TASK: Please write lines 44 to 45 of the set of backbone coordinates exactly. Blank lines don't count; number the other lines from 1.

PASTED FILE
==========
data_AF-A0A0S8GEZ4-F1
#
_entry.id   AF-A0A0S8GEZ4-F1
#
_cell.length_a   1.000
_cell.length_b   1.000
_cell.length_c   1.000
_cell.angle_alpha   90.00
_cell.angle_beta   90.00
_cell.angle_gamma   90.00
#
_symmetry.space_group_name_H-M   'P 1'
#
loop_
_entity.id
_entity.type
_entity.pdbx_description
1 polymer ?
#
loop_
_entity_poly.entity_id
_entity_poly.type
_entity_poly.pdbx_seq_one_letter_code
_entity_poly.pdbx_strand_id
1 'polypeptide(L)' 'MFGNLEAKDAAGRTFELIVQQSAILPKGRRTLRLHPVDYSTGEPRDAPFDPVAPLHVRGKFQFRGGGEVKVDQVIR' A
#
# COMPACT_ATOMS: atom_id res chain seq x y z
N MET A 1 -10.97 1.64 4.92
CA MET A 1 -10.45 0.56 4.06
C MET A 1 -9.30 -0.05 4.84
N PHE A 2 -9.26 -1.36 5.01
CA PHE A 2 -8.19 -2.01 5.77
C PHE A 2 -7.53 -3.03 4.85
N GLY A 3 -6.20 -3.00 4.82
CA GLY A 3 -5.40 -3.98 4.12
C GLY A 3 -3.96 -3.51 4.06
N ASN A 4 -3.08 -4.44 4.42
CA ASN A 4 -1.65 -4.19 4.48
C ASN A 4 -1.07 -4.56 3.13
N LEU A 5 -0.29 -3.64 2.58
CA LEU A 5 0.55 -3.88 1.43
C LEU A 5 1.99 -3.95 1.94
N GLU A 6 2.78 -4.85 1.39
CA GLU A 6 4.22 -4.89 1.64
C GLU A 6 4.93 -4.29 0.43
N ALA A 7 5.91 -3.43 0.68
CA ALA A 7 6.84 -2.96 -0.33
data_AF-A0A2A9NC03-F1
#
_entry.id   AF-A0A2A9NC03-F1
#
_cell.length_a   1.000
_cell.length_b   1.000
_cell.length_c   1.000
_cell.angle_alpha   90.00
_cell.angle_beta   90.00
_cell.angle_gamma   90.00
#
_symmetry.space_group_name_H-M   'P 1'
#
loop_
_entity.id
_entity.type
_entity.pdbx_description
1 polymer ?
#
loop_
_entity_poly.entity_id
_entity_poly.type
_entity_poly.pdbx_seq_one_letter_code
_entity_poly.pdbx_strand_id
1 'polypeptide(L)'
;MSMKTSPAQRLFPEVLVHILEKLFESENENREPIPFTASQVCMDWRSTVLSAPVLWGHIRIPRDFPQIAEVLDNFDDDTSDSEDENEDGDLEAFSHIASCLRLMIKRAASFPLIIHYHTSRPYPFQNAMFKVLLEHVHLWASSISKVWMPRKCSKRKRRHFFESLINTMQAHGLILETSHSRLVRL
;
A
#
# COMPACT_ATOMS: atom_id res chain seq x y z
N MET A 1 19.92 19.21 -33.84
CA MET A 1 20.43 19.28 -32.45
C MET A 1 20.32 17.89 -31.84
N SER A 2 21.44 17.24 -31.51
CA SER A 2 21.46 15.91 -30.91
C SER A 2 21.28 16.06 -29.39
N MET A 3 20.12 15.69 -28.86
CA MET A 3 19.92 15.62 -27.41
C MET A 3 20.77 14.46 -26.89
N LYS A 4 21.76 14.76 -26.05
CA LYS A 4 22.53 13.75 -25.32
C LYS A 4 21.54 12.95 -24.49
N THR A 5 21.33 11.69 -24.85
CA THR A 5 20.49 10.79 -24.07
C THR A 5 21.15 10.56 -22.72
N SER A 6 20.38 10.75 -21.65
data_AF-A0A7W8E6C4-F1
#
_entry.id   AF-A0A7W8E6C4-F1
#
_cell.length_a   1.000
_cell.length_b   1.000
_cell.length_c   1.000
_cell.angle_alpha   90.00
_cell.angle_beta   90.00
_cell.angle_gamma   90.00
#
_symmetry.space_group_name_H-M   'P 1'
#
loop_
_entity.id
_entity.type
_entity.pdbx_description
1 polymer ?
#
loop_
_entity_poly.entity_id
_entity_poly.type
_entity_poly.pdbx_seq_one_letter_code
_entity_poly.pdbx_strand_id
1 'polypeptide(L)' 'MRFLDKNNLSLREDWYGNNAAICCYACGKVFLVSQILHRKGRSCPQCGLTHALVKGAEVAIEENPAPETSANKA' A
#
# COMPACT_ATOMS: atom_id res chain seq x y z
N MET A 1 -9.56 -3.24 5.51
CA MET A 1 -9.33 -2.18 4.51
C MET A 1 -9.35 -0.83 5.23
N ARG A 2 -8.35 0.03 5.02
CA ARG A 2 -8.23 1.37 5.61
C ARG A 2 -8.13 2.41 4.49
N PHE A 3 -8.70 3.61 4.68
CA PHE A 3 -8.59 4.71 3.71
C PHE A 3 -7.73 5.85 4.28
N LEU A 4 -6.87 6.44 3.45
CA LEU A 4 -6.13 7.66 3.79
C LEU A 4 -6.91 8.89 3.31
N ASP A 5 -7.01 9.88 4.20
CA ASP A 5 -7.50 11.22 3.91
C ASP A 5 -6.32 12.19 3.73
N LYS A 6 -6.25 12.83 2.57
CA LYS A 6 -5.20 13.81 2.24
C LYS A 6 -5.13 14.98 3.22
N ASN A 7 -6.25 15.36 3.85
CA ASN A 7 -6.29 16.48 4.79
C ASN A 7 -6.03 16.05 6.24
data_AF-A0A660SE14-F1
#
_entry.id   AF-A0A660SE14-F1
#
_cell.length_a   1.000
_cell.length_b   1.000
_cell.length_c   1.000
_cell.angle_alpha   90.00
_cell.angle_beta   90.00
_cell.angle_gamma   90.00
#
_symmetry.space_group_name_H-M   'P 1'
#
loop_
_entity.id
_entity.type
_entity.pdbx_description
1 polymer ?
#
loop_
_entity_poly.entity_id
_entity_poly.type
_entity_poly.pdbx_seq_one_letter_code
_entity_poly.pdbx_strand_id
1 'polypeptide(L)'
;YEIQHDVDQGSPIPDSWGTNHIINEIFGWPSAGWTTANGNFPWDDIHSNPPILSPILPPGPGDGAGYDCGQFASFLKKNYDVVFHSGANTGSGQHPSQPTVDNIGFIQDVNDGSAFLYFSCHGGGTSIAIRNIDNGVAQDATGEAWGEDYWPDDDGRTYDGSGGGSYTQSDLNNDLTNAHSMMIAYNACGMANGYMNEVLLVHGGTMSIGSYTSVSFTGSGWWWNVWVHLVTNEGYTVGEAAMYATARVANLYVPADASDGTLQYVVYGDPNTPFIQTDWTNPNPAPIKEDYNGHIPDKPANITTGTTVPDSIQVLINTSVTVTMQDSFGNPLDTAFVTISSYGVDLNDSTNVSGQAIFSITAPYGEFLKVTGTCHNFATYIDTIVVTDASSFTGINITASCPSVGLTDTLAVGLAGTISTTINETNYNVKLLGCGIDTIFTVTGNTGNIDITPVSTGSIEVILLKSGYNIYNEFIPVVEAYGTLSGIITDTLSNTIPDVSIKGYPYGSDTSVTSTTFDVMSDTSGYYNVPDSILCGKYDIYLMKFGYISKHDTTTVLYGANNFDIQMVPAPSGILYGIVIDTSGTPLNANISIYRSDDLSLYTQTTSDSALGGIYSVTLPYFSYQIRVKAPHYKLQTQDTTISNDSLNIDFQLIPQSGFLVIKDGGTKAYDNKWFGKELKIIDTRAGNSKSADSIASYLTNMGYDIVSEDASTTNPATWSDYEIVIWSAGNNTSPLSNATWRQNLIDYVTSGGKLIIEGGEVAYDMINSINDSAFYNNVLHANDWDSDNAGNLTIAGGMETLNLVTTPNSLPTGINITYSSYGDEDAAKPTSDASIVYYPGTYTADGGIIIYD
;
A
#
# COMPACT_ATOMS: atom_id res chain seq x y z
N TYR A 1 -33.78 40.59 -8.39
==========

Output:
CA GLU A 6 4.22 -4.89 1.64
C GLU A 6 4.93 -4.29 0.43